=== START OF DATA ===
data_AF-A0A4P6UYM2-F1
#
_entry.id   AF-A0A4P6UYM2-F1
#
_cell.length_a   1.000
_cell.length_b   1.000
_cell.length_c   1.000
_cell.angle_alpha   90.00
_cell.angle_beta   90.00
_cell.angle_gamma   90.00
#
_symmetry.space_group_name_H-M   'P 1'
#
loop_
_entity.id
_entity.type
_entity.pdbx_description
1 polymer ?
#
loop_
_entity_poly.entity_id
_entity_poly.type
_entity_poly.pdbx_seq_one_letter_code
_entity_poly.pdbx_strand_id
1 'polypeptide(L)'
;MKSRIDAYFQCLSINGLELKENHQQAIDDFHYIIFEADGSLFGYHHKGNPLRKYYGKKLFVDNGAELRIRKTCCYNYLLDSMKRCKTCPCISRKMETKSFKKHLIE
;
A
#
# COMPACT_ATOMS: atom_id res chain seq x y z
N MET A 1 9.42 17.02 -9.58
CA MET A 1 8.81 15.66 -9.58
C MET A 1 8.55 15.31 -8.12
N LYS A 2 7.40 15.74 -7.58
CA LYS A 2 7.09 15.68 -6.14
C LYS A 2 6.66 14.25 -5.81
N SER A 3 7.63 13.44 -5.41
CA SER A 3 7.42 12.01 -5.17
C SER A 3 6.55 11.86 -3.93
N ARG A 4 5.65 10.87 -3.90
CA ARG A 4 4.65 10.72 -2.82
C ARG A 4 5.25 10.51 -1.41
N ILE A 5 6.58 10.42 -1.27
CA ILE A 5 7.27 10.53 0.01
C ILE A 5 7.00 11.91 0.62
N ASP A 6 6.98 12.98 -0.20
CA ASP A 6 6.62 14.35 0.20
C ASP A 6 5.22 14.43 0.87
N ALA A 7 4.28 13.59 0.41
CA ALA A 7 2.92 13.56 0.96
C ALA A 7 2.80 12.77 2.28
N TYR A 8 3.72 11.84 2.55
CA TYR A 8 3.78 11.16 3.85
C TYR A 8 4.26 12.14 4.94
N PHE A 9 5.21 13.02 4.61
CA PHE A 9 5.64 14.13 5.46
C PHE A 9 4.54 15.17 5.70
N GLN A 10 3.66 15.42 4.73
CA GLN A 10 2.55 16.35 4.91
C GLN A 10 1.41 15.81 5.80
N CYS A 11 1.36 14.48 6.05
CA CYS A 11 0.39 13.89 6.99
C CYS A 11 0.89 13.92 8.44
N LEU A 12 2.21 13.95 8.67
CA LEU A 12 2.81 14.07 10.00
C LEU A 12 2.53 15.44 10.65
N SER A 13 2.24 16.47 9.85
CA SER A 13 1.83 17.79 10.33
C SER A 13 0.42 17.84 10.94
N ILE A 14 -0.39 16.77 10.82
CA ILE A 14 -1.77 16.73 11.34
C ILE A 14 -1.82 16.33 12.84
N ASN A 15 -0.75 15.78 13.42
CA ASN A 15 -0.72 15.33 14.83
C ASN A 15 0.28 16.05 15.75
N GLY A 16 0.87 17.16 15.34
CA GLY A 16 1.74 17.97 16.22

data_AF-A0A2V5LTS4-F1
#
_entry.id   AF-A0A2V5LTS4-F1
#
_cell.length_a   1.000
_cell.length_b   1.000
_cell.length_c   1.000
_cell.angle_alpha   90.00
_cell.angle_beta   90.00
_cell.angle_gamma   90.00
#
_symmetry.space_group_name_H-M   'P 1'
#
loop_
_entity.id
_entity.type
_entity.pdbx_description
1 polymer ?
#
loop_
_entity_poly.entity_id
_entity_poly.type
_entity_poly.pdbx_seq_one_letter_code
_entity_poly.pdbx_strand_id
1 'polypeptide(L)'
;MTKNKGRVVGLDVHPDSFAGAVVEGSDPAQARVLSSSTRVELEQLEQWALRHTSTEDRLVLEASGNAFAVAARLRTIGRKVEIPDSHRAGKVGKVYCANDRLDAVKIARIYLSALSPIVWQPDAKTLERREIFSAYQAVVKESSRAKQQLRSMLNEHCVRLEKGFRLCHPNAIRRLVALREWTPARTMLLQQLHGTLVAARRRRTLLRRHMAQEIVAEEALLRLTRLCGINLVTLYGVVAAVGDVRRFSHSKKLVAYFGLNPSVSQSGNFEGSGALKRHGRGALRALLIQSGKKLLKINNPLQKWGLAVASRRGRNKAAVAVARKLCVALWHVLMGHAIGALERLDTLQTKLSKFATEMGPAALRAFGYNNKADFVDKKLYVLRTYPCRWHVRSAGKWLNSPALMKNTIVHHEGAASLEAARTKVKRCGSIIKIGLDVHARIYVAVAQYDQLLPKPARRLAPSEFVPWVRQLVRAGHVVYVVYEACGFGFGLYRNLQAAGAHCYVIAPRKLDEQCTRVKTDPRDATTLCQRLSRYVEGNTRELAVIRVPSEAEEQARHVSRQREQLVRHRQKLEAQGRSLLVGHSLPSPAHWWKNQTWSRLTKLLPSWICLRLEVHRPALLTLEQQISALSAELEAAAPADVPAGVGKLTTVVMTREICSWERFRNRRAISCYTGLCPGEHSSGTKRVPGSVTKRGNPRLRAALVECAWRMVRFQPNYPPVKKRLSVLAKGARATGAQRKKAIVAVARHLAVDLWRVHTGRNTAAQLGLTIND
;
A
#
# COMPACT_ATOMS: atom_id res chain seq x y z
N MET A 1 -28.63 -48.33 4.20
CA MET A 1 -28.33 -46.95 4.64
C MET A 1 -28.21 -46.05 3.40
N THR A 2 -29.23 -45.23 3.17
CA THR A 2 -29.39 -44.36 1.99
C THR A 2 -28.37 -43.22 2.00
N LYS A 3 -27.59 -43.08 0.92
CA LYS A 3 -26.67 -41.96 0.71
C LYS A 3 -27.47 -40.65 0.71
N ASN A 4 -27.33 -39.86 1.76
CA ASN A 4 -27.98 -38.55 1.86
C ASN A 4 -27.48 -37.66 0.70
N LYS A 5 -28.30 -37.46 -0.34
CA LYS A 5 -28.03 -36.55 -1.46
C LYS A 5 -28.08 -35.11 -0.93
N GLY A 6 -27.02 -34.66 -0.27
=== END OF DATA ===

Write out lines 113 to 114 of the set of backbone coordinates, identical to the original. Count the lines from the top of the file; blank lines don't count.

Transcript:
C THR A 2 -28.37 -43.22 2.00
N LYS A 3 -27.59 -43.08 0.92